For instance, producing 1 kilogram of beef can emit as much as 99 kg of carbon dioxide or equivalents, and making a kilogram of cheese emits up to 24 kg, compared with 0.9 kg for bananas and 0.4 kg for apples.

In other words, what you eat matters to a far greater extent than where it comes from. What’s more, even with the same food types, local isn’t always better. For instance, if you live in a nation with a cooler climate where tomatoes can be grown only using heated greenhouses, these local tomatoes will typically have a higher carbon footprint than those shipped in from a warmer country where no heating is needed.

The latest study doesn’t overturn any of this. For starters, the main reason why it concludes that food miles account for such a high proportion of food-related emissions is that the 20 per cent figure includes all the transport involved, including that of fertilisers, farm equipment and pesticides, not just the transport of food.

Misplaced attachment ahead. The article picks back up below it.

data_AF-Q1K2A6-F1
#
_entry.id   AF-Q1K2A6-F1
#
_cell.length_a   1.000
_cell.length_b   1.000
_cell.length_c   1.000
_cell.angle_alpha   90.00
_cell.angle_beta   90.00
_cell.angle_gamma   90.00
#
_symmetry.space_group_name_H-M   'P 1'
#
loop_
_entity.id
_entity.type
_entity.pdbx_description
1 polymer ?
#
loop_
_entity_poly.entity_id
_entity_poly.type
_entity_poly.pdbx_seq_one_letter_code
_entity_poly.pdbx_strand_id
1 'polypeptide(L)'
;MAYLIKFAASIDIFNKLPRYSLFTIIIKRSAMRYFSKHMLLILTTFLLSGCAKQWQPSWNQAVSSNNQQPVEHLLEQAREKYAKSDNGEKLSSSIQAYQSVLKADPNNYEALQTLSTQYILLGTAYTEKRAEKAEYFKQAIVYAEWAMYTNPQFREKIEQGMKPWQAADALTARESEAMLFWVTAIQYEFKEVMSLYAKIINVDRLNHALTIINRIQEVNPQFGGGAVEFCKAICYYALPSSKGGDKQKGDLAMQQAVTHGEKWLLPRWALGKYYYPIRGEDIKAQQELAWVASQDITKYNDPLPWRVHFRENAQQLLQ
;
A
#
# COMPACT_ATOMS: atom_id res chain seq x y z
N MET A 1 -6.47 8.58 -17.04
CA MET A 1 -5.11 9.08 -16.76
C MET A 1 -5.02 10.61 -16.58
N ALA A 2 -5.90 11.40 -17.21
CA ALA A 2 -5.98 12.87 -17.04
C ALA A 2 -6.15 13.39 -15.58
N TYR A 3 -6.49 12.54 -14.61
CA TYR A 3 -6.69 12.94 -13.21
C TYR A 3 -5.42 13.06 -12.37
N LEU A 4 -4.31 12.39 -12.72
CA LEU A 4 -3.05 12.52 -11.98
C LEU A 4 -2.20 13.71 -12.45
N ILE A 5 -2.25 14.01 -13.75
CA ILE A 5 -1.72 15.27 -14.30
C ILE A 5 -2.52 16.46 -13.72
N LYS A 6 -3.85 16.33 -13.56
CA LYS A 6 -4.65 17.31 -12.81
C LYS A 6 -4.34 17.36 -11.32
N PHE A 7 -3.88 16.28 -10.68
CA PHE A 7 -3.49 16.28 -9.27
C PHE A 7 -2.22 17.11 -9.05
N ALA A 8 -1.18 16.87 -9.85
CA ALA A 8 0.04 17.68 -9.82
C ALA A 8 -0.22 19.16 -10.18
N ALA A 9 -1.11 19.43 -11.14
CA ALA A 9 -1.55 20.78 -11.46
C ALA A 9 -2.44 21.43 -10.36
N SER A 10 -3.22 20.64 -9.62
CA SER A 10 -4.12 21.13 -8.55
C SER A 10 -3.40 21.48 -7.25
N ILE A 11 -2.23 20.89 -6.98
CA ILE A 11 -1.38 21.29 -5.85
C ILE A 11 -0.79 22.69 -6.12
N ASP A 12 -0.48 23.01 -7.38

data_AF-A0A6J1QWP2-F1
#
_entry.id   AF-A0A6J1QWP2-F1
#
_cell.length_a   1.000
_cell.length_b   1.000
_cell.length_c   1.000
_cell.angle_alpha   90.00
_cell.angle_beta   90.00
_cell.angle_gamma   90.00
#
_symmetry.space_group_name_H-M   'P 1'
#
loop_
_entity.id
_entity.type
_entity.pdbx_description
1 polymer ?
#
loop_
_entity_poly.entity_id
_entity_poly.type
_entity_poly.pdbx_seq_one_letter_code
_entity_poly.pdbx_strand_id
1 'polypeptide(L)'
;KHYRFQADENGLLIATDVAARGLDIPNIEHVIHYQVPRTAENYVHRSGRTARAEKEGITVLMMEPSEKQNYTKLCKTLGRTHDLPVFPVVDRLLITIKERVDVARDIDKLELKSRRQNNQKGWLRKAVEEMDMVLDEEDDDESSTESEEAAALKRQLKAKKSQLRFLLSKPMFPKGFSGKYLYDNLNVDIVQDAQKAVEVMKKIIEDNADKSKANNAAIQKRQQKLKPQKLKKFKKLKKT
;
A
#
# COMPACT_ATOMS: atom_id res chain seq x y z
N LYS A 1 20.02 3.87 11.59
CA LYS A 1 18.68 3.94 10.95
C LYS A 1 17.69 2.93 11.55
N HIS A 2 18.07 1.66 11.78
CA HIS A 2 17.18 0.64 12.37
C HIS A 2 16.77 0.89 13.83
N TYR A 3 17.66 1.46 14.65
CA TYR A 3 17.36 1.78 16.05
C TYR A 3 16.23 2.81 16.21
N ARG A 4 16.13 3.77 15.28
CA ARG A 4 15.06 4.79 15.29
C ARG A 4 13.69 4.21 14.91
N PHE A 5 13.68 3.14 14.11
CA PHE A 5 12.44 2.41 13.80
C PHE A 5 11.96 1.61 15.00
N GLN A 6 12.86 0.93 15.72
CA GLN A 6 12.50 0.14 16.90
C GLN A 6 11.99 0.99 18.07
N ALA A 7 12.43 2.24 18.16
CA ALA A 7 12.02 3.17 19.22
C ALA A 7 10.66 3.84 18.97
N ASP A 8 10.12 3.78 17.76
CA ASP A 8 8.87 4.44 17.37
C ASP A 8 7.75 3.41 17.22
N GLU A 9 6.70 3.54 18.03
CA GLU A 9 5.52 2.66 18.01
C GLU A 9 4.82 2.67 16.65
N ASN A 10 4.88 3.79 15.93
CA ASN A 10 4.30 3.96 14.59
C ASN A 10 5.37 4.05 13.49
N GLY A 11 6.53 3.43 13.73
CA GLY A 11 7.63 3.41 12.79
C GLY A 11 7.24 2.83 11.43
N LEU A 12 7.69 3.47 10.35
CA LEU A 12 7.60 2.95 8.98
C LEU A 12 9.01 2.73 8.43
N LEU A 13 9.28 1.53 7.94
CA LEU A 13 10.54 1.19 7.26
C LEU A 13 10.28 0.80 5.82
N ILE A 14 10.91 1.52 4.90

“Our study looks at the entire supply chain for food consumption, and naturally non-food commodities are part of it,” says team member Mengyu Li at the University of Sydney in Australia.

It is worthwhile to estimate this, but the team should use a term other than “food miles” to avoid confusion, rather than redefining the existing term, says Hannah Ritchie at the University of Oxford, who is head of research at Our World in Data.

If the standard definition were applied to the numbers in the study, food miles would account for only 9 per cent of food-related emissions, says Ritchie. That is much closer to previous research, though she thinks it is still an overestimate.

What’s more, the study itself calculates that even if it were possible to produce all food in the countries where it is eaten, food-related emissions would fall by only 1.7 per cent overall. This is because although food wouldn’t travel as far, more of it would be transported by road instead of sea, says Li, and trucks produce higher emissions per tonne of cargo than ships.